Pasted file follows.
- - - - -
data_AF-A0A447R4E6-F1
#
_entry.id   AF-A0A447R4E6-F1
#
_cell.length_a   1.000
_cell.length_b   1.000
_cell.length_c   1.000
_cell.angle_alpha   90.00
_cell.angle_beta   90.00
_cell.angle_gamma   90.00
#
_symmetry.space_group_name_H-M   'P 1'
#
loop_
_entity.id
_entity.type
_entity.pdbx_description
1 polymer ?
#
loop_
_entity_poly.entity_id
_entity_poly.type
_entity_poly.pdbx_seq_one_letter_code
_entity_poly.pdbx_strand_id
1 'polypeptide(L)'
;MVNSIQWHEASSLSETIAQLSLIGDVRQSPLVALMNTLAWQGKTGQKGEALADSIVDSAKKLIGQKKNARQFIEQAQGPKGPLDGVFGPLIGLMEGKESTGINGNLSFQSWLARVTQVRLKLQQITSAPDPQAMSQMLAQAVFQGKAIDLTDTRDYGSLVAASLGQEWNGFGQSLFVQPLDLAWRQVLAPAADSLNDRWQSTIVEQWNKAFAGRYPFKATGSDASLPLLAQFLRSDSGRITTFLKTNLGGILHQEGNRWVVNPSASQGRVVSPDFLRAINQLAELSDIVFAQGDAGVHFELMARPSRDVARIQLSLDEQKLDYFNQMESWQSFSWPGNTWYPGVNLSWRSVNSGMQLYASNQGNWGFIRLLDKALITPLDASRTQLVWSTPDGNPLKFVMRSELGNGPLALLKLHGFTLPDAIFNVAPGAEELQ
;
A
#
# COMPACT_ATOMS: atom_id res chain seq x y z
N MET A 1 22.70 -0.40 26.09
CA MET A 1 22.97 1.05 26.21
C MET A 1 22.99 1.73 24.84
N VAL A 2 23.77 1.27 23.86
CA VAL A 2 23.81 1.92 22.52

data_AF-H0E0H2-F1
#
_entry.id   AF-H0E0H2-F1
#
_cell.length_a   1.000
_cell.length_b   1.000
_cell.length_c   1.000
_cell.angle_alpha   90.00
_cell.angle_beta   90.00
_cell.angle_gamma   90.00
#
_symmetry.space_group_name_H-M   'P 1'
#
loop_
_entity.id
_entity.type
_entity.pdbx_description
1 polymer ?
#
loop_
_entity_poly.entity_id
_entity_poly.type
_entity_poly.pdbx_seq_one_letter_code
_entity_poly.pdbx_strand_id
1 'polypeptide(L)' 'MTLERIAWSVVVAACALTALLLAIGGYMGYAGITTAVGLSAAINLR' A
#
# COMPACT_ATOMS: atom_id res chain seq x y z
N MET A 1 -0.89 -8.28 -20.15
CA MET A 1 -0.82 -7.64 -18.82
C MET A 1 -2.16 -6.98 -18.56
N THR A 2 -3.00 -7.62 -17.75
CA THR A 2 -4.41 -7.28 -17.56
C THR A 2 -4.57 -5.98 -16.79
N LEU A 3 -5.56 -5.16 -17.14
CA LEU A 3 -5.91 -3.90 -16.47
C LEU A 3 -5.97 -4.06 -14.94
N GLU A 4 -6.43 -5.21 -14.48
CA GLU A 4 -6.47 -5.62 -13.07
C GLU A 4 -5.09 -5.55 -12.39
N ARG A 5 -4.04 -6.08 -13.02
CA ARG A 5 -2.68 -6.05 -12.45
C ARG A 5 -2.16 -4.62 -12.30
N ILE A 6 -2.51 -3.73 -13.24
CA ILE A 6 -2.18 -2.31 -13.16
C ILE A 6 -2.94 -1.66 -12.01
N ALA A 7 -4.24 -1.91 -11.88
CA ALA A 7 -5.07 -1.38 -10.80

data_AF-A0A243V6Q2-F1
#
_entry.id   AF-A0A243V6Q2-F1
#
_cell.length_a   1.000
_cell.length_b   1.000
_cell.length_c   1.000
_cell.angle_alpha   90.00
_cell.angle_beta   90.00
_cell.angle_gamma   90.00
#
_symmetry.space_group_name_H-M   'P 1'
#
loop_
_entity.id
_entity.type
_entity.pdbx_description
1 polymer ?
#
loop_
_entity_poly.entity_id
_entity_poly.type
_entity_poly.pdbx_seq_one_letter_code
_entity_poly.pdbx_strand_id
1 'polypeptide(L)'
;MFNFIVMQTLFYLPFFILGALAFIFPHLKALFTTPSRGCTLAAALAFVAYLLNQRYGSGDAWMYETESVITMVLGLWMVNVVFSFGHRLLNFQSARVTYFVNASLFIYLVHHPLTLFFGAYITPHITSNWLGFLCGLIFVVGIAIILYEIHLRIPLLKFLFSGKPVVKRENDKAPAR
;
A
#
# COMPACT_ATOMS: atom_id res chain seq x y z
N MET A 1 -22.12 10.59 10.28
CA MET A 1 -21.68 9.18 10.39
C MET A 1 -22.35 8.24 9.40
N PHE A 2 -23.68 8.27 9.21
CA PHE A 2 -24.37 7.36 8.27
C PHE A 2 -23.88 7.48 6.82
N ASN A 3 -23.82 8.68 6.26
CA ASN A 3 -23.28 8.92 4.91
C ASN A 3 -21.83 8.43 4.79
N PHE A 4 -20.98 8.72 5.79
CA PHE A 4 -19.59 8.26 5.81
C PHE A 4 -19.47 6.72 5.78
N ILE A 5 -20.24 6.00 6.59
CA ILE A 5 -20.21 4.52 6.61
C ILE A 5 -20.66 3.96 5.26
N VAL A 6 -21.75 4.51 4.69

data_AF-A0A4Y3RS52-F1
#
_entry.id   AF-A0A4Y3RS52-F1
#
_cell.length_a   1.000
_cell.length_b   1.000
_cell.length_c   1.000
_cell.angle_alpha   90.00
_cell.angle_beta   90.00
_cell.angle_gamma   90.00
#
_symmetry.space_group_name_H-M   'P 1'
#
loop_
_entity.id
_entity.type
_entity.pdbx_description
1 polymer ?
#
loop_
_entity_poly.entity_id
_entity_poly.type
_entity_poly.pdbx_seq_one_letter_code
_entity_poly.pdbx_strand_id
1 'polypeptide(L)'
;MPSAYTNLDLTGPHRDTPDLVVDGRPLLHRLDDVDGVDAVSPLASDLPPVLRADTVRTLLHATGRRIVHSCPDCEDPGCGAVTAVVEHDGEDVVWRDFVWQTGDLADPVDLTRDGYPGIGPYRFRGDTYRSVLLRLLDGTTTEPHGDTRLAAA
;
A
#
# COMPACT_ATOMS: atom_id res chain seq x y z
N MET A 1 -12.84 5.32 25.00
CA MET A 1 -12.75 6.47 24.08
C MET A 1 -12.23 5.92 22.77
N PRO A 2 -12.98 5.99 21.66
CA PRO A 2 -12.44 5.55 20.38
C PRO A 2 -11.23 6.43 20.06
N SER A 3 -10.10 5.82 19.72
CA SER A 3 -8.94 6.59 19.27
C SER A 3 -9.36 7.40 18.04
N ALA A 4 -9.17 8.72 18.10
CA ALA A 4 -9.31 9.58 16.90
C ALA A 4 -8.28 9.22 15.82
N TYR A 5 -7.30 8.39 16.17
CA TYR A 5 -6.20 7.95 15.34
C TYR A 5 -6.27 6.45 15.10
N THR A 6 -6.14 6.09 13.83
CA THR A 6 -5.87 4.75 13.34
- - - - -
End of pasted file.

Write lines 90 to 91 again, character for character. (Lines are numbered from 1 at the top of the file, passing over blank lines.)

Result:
_cell.angle_alpha   90.00
_cell.angle_beta   90.00